Daniela Penas da Silva

PhD Graduate
PhD Degree in Radiation Biology and Biophysics


Research Areas

PhD Thesis: “Structural and mechanistic studies of mini-ferritin particles" (2014-2018)

Advisers: Prof.ª Doutora Alice Pereira and Prof. Doutor Pedro Tavares

Iron is an essential micronutrient for most organisms, important for oxygen transport, electron transfer, and DNA synthesis. At physiological conditions its insolubility and reactivity lead to problems of poor availability and toxicity, since iron can contribute for reactive species of oxygen. To provide sufficient quantities of iron and maintaining it in a nontoxic state, cells use a specialized mechanism for its acquisition, transport and storage that uses a superfamily of proteins commonly known as ferritins.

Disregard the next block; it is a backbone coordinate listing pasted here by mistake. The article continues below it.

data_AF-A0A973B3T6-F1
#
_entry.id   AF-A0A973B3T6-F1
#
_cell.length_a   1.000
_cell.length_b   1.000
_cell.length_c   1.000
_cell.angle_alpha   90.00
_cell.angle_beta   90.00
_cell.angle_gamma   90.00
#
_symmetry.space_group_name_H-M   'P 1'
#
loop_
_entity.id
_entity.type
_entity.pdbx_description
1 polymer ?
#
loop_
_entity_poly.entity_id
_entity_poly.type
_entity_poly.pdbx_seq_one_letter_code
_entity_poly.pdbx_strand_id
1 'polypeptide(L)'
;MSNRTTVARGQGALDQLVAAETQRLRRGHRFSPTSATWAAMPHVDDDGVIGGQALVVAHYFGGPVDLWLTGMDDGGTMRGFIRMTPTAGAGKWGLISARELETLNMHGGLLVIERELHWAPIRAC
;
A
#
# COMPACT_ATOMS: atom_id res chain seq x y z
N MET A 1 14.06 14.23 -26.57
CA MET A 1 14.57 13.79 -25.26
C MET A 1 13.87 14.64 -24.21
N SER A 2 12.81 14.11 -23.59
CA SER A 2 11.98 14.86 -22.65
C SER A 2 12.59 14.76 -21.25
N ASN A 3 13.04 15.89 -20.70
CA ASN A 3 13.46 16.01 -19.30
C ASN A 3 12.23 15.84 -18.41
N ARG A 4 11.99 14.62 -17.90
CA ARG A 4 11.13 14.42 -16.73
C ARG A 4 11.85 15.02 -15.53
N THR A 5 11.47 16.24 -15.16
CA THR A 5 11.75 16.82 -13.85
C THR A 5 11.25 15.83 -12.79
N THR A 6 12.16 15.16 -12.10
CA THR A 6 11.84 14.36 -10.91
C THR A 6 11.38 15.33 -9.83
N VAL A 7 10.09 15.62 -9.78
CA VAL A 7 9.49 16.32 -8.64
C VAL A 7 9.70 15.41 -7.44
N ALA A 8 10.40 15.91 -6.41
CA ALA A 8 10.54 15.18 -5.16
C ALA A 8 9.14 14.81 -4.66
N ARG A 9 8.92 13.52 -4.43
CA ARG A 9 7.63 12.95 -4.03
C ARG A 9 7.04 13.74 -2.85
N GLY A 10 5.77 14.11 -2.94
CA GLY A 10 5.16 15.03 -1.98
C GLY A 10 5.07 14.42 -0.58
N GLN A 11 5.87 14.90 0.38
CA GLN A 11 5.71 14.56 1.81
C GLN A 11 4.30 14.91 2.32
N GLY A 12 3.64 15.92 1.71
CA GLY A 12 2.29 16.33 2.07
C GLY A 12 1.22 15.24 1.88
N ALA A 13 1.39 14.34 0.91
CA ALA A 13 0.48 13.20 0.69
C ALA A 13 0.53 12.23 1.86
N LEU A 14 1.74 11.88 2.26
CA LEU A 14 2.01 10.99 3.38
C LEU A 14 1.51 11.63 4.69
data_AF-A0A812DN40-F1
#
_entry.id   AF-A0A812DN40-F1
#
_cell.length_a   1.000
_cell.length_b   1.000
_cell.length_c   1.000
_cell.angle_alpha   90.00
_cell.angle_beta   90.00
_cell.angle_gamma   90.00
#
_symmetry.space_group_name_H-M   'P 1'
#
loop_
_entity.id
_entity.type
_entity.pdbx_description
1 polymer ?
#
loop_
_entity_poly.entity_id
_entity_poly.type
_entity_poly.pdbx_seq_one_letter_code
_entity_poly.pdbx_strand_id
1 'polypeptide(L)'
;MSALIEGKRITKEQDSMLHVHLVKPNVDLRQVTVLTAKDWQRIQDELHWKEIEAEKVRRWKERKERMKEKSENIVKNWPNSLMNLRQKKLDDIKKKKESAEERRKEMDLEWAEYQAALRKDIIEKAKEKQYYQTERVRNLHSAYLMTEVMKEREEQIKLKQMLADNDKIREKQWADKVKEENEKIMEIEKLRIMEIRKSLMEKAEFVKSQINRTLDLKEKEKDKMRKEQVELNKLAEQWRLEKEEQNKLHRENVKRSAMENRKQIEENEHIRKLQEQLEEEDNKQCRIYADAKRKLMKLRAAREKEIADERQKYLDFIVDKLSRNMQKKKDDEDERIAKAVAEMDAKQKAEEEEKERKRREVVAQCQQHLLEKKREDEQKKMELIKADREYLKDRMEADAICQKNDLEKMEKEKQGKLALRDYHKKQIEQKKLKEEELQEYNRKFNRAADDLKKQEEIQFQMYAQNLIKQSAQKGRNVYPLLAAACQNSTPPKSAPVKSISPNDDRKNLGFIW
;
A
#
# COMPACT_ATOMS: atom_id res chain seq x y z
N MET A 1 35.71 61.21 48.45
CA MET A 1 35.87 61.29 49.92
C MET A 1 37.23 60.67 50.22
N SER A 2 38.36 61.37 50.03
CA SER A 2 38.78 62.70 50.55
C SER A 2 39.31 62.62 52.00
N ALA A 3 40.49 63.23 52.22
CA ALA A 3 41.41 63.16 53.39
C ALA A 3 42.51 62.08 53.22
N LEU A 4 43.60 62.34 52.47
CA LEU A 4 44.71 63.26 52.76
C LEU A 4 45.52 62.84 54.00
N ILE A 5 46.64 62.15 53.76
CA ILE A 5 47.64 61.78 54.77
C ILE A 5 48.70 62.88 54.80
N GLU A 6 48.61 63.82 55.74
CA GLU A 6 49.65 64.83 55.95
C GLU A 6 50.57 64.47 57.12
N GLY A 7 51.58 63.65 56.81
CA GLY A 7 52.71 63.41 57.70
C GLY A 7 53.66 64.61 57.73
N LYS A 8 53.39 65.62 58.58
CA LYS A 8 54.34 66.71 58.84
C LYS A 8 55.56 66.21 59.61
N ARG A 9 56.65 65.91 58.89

Ferritins are observed in the three kingdoms of life that oxidize (by oxygen or hydrogen peroxide) and store iron in a solid mineral ferric core. In fact, there are three ferritin families identified to date: the classical ferritins (Ftn), the heme-containing bacterioferritins (Bfr) and the Dps (DNA-binding protein from starved cells) proteins.

All ferritin families share storage and detoxification capabilities, nevertheless, the Dps family has the peculiarity of forming stable complexes with DNA. Moreover, Dps

Proteins are a hollow spherical protein constituted by 12 identical subunits, instead 24 subunits, thereby called mini-ferritins. These proteins can store up 500 iron atoms per shell, and due to their smaller and stable structure they can be used as a template for metal-oxide particle growth with very specific sizes, whose applications can vary from medicine to biotechnology.

In this PhD plan I aim to characterize the metal incorporation in aerobic and anaerobic conditions, the products of this metal oxidation reaction, and the core release functionalities. Also, I want to understand how the binding to DNA is regulated and evaluate the cellular growth resistance under stressing conditions.